No place is how we grew up in. Everyplace changes over time.


But I have no idea how you came up with 40-150k. Is that based on a percentage of median income for the region? Or what multiplier? $40k is two people working a very low end service sector job, not exactly what I think of as middle class.
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Old 02-28-2018, 11:00 AM
 
7,027 posts, read 6,715,566 times
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Quote:
Originally Posted by timberline742 View Post
No place is how we grew up in. Everyplace changes over time.


But I have no idea how you came up with 40-150k. Is that based on a percentage of median income for the region? Or what multiplier? $40k is two people working a very low end service sector job, not exactly what I think of as middle class.
Never said they are, but the changing of demographics and middle class squeeze had been far more dramatic in the Boston area compared with most other cities (to include Chicago).


For a single person, $40k is now around the baseline starting salary for a middle class worker. For a full family, no that would be like "working poor" (for the region).
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Old 02-28-2018, 11:02 AM
 
32,778 posts, read 22,716,611 times
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Quote:
Originally Posted by massnative71 View Post

For a single person, $40k is now around the baseline starting salary for a middle class worker. For a full family, no that would be like "working poor" (for the region).


Well one doesn't expect to buy a house or even a condo being a 20 something just out of school alone, either! We all lived with multiple roommates for years, and that was in much cheaper parts of the country. Nothing wrong with that at all.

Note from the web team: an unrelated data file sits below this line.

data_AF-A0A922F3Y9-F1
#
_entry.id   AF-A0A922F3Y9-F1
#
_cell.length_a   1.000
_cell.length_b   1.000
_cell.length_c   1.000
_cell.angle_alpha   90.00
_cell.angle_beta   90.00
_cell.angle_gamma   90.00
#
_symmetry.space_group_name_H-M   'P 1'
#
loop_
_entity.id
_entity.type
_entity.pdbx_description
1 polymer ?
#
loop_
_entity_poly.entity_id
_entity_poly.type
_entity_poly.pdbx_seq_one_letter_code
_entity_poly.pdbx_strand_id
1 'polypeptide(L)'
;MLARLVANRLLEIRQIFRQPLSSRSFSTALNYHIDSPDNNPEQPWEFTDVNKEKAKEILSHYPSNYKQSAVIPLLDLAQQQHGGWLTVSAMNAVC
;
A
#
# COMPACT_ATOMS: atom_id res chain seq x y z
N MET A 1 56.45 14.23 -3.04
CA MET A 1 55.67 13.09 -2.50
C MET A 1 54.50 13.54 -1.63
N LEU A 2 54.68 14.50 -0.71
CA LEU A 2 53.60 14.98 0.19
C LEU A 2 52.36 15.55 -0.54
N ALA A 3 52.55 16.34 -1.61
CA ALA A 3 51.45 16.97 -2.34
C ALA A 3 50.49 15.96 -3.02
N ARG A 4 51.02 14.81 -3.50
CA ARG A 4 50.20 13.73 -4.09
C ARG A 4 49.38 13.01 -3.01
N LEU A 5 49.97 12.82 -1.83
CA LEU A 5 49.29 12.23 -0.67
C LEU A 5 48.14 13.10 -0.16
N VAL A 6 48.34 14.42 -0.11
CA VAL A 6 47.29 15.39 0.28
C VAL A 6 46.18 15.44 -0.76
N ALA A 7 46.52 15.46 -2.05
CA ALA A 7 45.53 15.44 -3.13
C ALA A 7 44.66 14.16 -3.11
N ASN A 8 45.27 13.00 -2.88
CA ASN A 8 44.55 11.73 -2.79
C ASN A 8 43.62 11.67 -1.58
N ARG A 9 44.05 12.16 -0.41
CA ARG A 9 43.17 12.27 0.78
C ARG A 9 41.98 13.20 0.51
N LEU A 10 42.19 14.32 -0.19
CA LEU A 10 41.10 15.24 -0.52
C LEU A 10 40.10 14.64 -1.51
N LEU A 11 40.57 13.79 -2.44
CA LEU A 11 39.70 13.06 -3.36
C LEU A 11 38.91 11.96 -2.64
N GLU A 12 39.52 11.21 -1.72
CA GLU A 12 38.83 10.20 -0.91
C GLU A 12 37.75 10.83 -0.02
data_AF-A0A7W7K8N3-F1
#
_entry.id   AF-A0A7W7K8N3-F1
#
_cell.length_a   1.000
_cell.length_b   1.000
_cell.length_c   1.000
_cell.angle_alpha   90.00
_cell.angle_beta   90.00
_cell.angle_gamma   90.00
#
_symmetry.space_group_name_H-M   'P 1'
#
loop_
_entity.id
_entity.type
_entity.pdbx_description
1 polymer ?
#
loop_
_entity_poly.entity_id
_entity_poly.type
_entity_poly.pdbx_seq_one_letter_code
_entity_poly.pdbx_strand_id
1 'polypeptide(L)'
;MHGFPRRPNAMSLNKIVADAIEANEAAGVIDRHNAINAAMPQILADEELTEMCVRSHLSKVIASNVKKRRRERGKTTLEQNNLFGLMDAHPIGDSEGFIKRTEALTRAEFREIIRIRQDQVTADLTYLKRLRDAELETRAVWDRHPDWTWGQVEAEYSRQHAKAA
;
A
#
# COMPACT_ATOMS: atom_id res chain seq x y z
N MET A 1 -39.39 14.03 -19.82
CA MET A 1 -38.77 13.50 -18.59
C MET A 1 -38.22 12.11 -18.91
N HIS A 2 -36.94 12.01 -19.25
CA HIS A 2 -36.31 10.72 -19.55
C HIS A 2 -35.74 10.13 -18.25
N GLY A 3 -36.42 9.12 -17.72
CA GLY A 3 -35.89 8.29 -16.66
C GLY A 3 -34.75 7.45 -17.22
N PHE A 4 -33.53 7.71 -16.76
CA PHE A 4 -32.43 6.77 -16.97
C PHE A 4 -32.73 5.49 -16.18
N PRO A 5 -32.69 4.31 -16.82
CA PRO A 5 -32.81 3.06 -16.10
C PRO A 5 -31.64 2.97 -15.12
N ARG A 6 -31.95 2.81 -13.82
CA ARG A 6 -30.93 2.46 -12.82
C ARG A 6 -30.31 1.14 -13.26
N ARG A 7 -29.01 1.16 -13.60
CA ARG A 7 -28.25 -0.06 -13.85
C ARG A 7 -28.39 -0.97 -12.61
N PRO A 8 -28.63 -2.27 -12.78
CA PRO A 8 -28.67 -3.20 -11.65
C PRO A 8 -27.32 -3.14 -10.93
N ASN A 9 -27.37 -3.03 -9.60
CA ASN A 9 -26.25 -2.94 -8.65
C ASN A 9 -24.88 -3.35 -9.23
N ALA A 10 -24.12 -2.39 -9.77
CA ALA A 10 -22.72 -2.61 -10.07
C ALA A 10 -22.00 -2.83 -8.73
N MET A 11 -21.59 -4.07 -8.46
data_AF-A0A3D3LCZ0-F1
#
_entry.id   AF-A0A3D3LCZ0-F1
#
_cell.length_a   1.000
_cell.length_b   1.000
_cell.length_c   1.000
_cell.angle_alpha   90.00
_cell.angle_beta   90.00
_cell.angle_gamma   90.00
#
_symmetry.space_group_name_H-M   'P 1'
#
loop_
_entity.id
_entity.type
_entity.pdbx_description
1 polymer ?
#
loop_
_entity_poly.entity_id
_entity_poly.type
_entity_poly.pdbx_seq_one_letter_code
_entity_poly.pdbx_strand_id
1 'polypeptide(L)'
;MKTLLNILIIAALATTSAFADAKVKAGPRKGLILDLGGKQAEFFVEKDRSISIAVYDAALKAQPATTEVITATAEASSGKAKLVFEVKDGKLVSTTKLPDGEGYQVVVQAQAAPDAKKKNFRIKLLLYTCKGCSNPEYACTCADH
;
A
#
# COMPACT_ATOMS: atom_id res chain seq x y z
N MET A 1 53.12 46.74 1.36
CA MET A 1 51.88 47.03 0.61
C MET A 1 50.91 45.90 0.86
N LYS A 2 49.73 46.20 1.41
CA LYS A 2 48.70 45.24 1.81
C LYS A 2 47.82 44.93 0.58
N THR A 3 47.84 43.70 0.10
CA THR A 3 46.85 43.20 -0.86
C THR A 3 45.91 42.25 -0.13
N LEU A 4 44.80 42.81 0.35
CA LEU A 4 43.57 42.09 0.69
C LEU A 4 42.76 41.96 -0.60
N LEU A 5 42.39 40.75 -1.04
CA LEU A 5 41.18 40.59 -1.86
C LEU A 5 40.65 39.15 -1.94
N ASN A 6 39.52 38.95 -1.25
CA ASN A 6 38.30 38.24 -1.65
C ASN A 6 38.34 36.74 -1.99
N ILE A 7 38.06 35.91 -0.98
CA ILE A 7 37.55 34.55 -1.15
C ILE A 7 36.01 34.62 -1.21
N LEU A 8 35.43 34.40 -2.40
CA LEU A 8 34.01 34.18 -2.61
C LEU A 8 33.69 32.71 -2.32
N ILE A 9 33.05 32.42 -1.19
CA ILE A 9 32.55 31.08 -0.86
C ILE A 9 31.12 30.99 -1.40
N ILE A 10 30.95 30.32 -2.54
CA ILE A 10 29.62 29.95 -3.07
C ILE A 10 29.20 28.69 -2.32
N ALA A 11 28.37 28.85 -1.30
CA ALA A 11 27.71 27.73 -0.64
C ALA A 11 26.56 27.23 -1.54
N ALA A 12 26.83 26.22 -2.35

But yes, Boston has become more affluent as there hasn't been the pull back that many areas have had with recessions (this is a good thing) and there has been an expansion of top end jobs (also a good thing) which has increased salaries on the high end. It seems like people are mostly complaining about the impacts of the region's successfulness.
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Old 02-28-2018, 11:49 AM
 
Location: New England
1,936 posts, read 1,074,088 times
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You can afford a home around here with a 150k salary. Using the general rule of thumb that a home can't be more then 3x your gross yearly salary that means a 150k house could possibly afford a 450k home.

It won't be in the best school district, or in the best location or the most updated. But they certainly exsist within commuting distance to Boston.

But yah in other regions you can afford an updated single family home in the best school district and close to the city center for 450k. It all depends on what your expectations are.

Still though I'm not sure that looking at the Nationwide middle class definition is the right idea. The average salaries in Boston for many industries are a good bit higher. For example some teachers in the Boston area are starting to get close to 100k in some places. Nurses get paid close to 6 figures. Policeman can often make over 6 figures. These are all what I think of when I think of middle class professions. If you have two earners in the house hold with many of these professions then you could say some middle class households in the area make 200k.